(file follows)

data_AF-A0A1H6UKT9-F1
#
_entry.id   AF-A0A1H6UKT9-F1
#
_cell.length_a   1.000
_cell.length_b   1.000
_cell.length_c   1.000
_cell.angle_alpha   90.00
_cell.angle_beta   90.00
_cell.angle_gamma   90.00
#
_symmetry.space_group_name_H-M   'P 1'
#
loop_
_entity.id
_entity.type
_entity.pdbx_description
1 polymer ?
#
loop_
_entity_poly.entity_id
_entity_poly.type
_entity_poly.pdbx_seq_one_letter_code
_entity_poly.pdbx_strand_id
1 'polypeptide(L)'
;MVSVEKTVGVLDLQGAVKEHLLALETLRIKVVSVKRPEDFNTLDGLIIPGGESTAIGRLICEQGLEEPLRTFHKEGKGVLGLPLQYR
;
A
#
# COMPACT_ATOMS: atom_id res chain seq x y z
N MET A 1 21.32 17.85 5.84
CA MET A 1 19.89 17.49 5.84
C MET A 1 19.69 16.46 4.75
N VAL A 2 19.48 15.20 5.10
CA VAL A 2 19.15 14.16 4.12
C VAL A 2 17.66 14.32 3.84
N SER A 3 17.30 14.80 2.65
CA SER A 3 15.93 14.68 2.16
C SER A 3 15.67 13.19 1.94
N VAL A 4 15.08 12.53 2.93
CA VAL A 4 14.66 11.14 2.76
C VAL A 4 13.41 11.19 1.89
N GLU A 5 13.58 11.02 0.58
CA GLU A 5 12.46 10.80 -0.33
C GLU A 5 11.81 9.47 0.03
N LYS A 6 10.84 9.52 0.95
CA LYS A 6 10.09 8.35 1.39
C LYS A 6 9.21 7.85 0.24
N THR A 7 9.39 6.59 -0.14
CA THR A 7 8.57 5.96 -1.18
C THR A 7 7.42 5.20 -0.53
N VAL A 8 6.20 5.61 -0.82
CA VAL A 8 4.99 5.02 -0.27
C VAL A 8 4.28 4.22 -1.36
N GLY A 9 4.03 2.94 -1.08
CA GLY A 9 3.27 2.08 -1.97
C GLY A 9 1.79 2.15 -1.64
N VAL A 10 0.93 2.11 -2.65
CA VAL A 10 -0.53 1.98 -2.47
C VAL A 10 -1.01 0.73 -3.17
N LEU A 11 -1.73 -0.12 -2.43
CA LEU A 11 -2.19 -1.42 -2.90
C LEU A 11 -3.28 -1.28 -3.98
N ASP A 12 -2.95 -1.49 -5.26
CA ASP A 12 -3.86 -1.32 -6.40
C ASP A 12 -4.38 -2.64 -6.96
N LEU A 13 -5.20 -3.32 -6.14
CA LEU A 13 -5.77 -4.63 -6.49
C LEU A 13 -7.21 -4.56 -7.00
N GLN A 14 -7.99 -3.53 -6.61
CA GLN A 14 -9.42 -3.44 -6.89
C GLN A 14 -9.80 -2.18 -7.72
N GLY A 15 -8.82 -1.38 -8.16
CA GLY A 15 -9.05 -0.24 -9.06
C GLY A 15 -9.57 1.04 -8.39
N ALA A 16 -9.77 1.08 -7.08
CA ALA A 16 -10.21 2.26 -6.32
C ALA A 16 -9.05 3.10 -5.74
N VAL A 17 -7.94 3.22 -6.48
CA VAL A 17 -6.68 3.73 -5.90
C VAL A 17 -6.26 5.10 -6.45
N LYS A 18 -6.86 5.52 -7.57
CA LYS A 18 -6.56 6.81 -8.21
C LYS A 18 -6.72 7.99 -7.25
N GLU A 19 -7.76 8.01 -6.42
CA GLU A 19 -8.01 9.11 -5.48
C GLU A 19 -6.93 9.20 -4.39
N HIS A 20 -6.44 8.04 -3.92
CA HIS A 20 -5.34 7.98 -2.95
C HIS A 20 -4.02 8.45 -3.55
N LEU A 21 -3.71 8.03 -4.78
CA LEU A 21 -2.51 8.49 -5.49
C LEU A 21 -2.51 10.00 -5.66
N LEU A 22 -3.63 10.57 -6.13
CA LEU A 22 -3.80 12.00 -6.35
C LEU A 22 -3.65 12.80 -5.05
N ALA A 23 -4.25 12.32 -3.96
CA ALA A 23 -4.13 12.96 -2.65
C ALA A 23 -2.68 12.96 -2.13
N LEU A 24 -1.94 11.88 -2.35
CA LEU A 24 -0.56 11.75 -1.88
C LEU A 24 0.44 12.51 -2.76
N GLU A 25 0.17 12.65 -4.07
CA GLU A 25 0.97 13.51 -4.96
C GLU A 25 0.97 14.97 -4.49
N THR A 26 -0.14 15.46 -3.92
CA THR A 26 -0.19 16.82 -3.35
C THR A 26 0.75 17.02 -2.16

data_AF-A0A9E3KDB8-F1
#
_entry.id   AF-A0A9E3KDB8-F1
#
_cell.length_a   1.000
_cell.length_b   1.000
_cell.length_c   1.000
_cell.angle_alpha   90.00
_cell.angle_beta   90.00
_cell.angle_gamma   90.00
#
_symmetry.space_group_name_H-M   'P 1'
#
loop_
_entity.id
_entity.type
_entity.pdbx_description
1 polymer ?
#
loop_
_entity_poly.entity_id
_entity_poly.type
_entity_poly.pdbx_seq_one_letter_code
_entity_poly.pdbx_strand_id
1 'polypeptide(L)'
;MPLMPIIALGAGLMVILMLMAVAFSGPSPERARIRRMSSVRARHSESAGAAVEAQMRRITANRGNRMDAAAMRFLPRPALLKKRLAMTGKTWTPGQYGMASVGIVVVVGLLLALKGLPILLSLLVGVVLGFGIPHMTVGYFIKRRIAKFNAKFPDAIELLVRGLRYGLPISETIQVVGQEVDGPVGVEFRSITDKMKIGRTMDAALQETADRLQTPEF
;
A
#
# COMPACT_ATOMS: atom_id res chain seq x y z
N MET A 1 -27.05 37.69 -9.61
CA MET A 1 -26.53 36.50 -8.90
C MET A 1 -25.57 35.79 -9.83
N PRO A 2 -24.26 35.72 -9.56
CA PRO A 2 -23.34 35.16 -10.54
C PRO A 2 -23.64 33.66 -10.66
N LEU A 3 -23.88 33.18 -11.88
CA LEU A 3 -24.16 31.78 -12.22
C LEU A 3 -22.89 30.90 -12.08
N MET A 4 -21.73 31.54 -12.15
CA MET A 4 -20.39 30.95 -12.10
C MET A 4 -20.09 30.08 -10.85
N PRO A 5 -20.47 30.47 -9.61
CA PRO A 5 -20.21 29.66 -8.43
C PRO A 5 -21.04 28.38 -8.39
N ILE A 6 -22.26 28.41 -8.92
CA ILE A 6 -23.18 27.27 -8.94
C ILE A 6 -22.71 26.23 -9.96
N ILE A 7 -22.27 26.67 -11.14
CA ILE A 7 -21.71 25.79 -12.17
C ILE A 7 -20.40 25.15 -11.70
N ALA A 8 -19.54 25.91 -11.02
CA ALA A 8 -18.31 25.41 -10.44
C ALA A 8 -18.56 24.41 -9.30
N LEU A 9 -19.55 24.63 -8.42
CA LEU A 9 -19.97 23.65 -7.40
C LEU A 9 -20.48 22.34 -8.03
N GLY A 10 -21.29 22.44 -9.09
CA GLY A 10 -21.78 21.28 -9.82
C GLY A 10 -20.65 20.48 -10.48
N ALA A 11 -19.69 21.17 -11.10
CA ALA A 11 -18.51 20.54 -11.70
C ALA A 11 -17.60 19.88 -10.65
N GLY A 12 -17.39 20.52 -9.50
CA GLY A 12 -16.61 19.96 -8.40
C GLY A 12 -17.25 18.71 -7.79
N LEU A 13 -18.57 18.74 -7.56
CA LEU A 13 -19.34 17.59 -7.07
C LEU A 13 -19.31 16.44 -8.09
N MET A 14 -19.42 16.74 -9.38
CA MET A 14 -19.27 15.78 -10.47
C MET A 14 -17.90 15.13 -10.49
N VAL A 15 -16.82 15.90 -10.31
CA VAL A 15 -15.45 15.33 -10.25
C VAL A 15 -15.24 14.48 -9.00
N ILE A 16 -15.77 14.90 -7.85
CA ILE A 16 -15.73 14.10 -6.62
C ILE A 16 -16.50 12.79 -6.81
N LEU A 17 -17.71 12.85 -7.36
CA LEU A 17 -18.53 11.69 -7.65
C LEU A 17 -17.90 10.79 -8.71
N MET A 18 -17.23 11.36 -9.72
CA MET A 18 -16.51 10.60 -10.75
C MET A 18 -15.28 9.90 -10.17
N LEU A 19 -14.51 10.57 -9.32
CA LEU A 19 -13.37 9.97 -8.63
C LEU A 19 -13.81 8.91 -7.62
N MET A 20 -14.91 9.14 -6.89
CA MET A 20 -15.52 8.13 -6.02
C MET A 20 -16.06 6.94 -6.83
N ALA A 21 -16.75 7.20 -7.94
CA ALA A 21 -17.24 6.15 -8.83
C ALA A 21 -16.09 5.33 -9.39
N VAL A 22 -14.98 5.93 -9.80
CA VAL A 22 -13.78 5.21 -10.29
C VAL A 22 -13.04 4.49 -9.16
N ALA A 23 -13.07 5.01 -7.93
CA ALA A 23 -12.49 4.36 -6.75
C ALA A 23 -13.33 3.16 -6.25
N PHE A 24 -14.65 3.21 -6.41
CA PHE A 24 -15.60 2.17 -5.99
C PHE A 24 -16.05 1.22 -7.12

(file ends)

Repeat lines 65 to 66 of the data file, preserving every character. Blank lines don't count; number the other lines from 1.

CA ASP A 12 -3.86 -1.32 -6.40
C ASP A 12 -4.38 -2.64 -6.96